Ravens can’t overcome 20-point deficit, fall to Patriots 30-23

Running back Kenneth Dixon finished the game with 39 rushing yards and 42 receiving yards with a touchdown. Credit: Baltimore Ravens

FOXBOROUGH, MA – The Ravens fell behind 16-0 and trailed 23-3 in the second half in Monday night’s game against the New England Patriots. Baltimore almost came back, but it was too much to overcome as New England walked away with a 30-23 win.

The Patriots got the upper hand early on as the Ravens’ special teams units put the team in bad positions. After New England’s second offensive series that ended in a punt, the Ravens were backed up to their own one-yard line after returner Devin Hester let the ball hit the ground and bounce back to the Ravens’ goal-line. On the first play of the ensuing drive, Baltimore running back Kenneth Dixon was tackled in the end-zone by two Patriots defenders. That gave the Patriots a 2-0 lead, and the Ravens would then have to punt to New England.

Luckily, Baltimore’s defense forced the Patriots into another punt, but on Baltimore’s next drive the Ravens got to New England’s 16-yard line before Justin Tucker’s attempted field goal was blocked by linebacker Shea McClellin. The blocked field goal attempt snaps Tucker’s successful streak at 35 conversions, and is his first miss of the season.  From there, New England answered with a 10-play scoring drive that saw LeGarrette Blount score from the one-yard line.

During that New England drive, the Ravens lost starting corner-back Jimmy Smith to an ankle injury. Smith did not come back into the game after being listed as “doubtful.”After the game, head coach John Harbaugh revealed that Smith suffered an ankle sprain, but did not comment on the severity of it.

Later in the game the Ravens would lose another corner-back. This time it was Jerraud Powers, suffering a concussion. This forced Shareece Wright and Matt Elam to see increased snaps, and left Wright and rookie Tavon Young as the outside corners.

New England would add another touchdown on the next drive; a six-yard pass from Tom Brady to Malcolm Mitchell to put the Patriots up by 16. The Ravens were able to kick a field goal before halftime, but had their work cut out for them trailing 16-3 at the half.

Things got worse in the beginning of the second half. The Patriots scored yet another touchdown on their first drive of the half, and the Ravens were staring at a 20-point deficit. However, just when Ravens suffered multiple special teams blunders in the first half, New England would return the favor.

The first special teams gift the Patriots gave the Ravens was a fumbled punt return by Cyrus Jones. That gave the Ravens the ball at New England’s three-yard line, and Baltimore got in the end zone on a three-yard strike from Joe Flacco to tight end Darren Waller. On the ensuing kickoff, the Patriots gave the Ravens another gift when returner Matthew Slater fumbled, and Baltimore recovered at the Patriots’ 22-yard line. Four plays later, Flacco found Dixon for an eight-yard score.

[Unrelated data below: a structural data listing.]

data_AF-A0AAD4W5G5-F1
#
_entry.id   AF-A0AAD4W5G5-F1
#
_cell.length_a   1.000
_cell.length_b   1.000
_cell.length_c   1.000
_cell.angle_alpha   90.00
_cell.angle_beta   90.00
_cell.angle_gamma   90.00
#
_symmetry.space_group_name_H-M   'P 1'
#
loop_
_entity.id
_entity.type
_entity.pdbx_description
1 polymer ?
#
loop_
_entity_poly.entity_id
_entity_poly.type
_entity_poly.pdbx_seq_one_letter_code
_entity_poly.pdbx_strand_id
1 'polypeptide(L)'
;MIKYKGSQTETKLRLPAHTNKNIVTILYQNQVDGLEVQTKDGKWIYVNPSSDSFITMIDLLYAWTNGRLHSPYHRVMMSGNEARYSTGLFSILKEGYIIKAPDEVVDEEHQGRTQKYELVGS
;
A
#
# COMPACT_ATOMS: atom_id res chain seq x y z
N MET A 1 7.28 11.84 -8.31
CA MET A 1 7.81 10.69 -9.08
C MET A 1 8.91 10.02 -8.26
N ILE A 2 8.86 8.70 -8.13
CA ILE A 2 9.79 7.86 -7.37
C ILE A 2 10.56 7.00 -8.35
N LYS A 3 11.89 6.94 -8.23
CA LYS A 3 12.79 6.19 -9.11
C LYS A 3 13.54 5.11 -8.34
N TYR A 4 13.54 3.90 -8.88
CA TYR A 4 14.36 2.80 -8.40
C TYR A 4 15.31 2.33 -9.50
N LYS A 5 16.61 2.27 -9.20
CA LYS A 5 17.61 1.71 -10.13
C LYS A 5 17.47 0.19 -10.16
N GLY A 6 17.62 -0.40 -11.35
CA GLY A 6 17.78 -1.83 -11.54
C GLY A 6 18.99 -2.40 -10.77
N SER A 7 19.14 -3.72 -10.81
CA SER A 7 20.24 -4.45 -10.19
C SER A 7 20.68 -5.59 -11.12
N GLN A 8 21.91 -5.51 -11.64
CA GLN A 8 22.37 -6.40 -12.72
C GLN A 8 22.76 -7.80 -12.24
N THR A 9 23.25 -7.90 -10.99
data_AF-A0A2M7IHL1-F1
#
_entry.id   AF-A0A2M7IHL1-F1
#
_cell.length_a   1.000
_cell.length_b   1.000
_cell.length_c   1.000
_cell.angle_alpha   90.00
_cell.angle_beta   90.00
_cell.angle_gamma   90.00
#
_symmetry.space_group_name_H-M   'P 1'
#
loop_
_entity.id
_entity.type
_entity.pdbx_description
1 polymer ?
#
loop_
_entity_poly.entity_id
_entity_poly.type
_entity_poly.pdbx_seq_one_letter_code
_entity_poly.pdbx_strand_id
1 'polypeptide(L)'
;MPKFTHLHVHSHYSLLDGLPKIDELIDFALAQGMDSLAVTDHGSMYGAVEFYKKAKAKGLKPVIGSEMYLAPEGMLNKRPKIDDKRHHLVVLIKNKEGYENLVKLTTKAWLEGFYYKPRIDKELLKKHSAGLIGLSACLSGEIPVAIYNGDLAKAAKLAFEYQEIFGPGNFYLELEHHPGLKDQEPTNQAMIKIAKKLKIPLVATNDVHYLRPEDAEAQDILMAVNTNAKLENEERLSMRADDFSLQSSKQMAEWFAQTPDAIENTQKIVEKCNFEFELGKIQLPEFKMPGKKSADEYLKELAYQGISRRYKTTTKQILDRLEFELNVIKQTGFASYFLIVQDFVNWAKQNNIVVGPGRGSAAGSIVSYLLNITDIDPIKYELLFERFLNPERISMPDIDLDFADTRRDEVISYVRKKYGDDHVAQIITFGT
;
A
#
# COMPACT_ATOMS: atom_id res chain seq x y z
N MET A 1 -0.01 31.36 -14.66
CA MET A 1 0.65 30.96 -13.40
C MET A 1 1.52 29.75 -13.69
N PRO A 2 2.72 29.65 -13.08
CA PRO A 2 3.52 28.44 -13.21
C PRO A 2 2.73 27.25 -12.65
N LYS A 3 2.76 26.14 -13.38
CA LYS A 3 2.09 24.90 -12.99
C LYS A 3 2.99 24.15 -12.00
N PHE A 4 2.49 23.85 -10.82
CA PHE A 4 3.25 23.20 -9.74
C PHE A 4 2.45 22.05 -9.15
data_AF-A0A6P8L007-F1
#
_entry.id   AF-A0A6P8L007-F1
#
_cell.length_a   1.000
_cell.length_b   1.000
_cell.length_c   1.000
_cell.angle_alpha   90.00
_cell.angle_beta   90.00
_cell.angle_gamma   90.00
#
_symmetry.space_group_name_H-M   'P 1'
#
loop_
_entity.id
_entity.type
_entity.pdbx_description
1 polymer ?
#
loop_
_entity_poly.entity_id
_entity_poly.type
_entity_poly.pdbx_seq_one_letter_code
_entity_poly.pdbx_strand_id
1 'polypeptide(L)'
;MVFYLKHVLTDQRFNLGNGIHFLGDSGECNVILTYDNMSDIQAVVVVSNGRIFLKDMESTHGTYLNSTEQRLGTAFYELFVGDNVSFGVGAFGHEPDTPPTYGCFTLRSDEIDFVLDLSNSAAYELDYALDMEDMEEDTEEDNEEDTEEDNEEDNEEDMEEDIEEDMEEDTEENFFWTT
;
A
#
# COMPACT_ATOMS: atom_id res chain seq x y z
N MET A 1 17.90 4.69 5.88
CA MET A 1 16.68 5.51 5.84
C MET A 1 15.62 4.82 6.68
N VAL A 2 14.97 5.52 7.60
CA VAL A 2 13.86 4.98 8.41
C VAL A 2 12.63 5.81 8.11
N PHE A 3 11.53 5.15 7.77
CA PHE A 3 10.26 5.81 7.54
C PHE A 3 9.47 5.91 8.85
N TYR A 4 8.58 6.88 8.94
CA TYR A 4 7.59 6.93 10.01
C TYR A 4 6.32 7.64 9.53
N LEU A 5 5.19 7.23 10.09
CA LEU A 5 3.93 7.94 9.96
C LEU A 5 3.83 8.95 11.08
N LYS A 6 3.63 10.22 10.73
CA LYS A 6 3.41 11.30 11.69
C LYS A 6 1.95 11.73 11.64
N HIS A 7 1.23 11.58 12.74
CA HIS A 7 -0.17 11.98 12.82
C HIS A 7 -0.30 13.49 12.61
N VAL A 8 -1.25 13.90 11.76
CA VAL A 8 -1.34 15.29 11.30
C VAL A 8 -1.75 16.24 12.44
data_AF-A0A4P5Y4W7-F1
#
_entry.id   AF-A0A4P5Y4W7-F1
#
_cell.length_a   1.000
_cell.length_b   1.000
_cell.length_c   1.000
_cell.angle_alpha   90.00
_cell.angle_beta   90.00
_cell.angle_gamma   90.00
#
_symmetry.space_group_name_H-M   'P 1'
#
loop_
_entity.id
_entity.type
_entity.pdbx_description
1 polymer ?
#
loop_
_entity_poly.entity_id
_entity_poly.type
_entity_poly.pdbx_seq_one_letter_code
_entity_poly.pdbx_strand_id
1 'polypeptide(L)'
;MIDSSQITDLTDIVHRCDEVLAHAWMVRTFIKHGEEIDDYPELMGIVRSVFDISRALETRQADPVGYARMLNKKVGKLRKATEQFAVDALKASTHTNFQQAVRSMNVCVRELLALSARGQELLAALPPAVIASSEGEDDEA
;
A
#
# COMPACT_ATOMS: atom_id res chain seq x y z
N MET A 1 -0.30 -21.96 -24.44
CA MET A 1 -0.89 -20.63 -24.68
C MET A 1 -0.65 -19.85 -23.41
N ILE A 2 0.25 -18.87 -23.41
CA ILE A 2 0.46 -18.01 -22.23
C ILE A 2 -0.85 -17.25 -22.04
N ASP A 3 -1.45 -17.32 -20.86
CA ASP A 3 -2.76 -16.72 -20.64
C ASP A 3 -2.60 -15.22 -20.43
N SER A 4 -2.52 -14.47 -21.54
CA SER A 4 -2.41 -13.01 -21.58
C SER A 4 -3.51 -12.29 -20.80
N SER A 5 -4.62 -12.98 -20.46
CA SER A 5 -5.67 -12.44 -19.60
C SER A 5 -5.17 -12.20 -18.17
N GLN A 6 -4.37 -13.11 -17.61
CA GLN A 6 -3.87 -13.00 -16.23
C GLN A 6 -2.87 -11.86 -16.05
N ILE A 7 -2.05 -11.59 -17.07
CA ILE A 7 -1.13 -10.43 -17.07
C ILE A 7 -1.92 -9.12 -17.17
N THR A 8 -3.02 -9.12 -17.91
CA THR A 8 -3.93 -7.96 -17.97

Trailing by 20 points? No problem. The Ravens were able to make it a six-point game after scoring two touchdowns on 25 combined yards. With five minutes to go in the third quarter, the Patriots had a rather uncomfortable 23-17 lead, and the Ravens were licking their chops.

Baltimore’s luck would run eventually run out.

Following a few punts, the Ravens added another field goal to make it a 23-20 game. Brady answered by exploiting Baltimore’s injury-riddled defense on the first play of New England’s next drive, finding receiver Chris Hogan for a 79-yard touchdown to make it 30-20 with six minutes left.

The Ravens got the ball back and made it a one-possession game with a field goal. The only problem was that the Ravens had absolutely no urgency on that drive, eating up over four minutes of clock. Flacco elected to throw to the tailbacks more than the receivers on the drive (a common theme throughout the entire game) and simply too much time was taken off of the clock. Once the Patriots got the ball back, they only needed one first down to lock up the win.

Looking ahead: The Ravens now hold a 7-6 record and sit in second place in the AFC North, one game behind the Pittsburgh Steelers. The Ravens have a very winnable game at home next week against the Philadelphia Eagles, but follow that up with two road games at Pittsburgh – on Christmas –  and Cincinnati to close out the regular season. If both the Ravens and Steelers win next week (Pittsburgh plays at Cincinnati), that Christmas Day game in Pittsburgh is a must-win game. The Ravens already beat the Steelers early this season, so sweeping the Steelers would favor the Ravens in any tie-breaker scenario with Pittsburgh.

The other possibility would have the Ravens grabbing a wild card spot. Right now, the Oakland Raiders (10-3) and the Denver Broncos (8-5) hold those spots, with the Kansas City Chiefs sitting atop the AFC West (10-3). If the Ravens were to grab one of those wild cards, they would have to count on finishing ahead of Denver in the standings. The Broncos have the toughest remaining schedule in the NFL, as they face the Patriots, Chiefs and Raiders in their final three games.

Keeping it simple: The Ravens can win the division if they win out. They control their own destiny, but the game against the Steelers is clearly the most important game remaining on the schedule. Now one game back behind the Steelers, the Ravens have their work cut out for them if the plan on playing in January.



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